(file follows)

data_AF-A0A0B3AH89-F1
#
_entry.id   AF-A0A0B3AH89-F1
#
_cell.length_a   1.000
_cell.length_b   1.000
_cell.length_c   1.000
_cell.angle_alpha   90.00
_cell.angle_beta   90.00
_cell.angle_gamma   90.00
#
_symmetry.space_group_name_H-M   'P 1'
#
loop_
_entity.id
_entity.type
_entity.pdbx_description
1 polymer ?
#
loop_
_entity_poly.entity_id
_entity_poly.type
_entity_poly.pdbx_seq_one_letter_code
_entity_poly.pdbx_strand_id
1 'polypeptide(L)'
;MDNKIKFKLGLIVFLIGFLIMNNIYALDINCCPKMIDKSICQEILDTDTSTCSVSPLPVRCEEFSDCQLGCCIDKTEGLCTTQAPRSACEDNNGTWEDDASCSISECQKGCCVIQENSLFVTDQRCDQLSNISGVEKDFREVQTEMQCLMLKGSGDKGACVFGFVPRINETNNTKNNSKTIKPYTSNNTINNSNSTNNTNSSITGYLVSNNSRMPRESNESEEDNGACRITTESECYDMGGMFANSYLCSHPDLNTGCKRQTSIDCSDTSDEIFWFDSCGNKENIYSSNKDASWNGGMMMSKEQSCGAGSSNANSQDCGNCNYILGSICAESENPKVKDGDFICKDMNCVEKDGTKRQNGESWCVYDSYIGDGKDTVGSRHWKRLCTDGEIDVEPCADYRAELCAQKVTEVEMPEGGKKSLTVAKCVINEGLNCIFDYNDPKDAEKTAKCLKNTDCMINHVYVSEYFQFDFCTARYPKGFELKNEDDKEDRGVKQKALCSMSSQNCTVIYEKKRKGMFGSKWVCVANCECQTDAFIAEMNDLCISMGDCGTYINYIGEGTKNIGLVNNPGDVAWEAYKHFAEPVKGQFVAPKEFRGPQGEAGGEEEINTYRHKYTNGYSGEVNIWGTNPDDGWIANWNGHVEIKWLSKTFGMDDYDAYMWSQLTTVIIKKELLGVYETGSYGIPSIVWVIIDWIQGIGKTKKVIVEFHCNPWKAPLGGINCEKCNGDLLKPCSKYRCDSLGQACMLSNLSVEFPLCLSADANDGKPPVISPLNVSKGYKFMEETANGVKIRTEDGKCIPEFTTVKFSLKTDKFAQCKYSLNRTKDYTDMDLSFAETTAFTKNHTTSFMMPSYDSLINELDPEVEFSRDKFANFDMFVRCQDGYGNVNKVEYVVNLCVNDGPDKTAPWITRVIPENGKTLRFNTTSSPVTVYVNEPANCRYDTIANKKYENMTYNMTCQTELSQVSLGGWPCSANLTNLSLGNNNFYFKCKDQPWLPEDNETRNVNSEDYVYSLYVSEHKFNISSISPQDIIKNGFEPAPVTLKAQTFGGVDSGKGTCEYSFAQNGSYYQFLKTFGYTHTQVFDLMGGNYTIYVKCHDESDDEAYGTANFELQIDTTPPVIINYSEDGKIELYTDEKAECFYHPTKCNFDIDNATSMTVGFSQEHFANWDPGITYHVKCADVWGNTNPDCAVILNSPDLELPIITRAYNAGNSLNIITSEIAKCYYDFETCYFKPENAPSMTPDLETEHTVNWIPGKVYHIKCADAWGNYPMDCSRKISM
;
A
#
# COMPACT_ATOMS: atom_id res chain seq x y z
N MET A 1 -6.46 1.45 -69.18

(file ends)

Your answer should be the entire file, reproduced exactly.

data_AF-A0A0B3AH89-F1
#
_entry.id   AF-A0A0B3AH89-F1
#
_cell.length_a   1.000
_cell.length_b   1.000
_cell.length_c   1.000
_cell.angle_alpha   90.00
_cell.angle_beta   90.00
_cell.angle_gamma   90.00
#
_symmetry.space_group_name_H-M   'P 1'
#
loop_
_entity.id
_entity.type
_entity.pdbx_description
1 polymer ?
#
loop_
_entity_poly.entity_id
_entity_poly.type
_entity_poly.pdbx_seq_one_letter_code
_entity_poly.pdbx_strand_id
1 'polypeptide(L)'
;MDNKIKFKLGLIVFLIGFLIMNNIYALDINCCPKMIDKSICQEILDTDTSTCSVSPLPVRCEEFSDCQLGCCIDKTEGLCTTQAPRSACEDNNGTWEDDASCSISECQKGCCVIQENSLFVTDQRCDQLSNISGVEKDFREVQTEMQCLMLKGSGDKGACVFGFVPRINETNNTKNNSKTIKPYTSNNTINNSNSTNNTNSSITGYLVSNNSRMPRESNESEEDNGACRITTESECYDMGGMFANSYLCSHPDLNTGCKRQTSIDCSDTSDEIFWFDSCGNKENIYSSNKDASWNGGMMMSKEQSCGAGSSNANSQDCGNCNYILGSICAESENPKVKDGDFICKDMNCVEKDGTKRQNGESWCVYDSYIGDGKDTVGSRHWKRLCTDGEIDVEPCADYRAELCAQKVTEVEMPEGGKKSLTVAKCVINEGLNCIFDYNDPKDAEKTAKCLKNTDCMINHVYVSEYFQFDFCTARYPKGFELKNEDDKEDRGVKQKALCSMSSQNCTVIYEKKRKGMFGSKWVCVANCECQTDAFIAEMNDLCISMGDCGTYINYIGEGTKNIGLVNNPGDVAWEAYKHFAEPVKGQFVAPKEFRGPQGEAGGEEEINTYRHKYTNGYSGEVNIWGTNPDDGWIANWNGHVEIKWLSKTFGMDDYDAYMWSQLTTVIIKKELLGVYETGSYGIPSIVWVIIDWIQGIGKTKKVIVEFHCNPWKAPLGGINCEKCNGDLLKPCSKYRCDSLGQACMLSNLSVEFPLCLSADANDGKPPVISPLNVSKGYKFMEETANGVKIRTEDGKCIPEFTTVKFSLKTDKFAQCKYSLNRTKDYTDMDLSFAETTAFTKNHTTSFMMPSYDSLINELDPEVEFSRDKFANFDMFVRCQDGYGNVNKVEYVVNLCVNDGPDKTAPWITRVIPENGKTLRFNTTSSPVTVYVNEPANCRYDTIANKKYENMTYNMTCQTELSQVSLGGWPCSANLTNLSLGNNNFYFKCKDQPWLPEDNETRNVNSEDYVYSLYVSEHKFNISSISPQDIIKNGFEPAPVTLKAQTFGGVDSGKGTCEYSFAQNGSYYQFLKTFGYTHTQVFDLMGGNYTIYVKCHDESDDEAYGTANFELQIDTTPPVIINYSEDGKIELYTDEKAECFYHPTKCNFDIDNATSMTVGFSQEHFANWDPGITYHVKCADVWGNTNPDCAVILNSPDLELPIITRAYNAGNSLNIITSEIAKCYYDFETCYFKPENAPSMTPDLETEHTVNWIPGKVYHIKCADAWGNYPMDCSRKISM
;
A
#
# COMPACT_ATOMS: atom_id res chain seq x y z
N MET A 1 -6.46 1.45 -69.18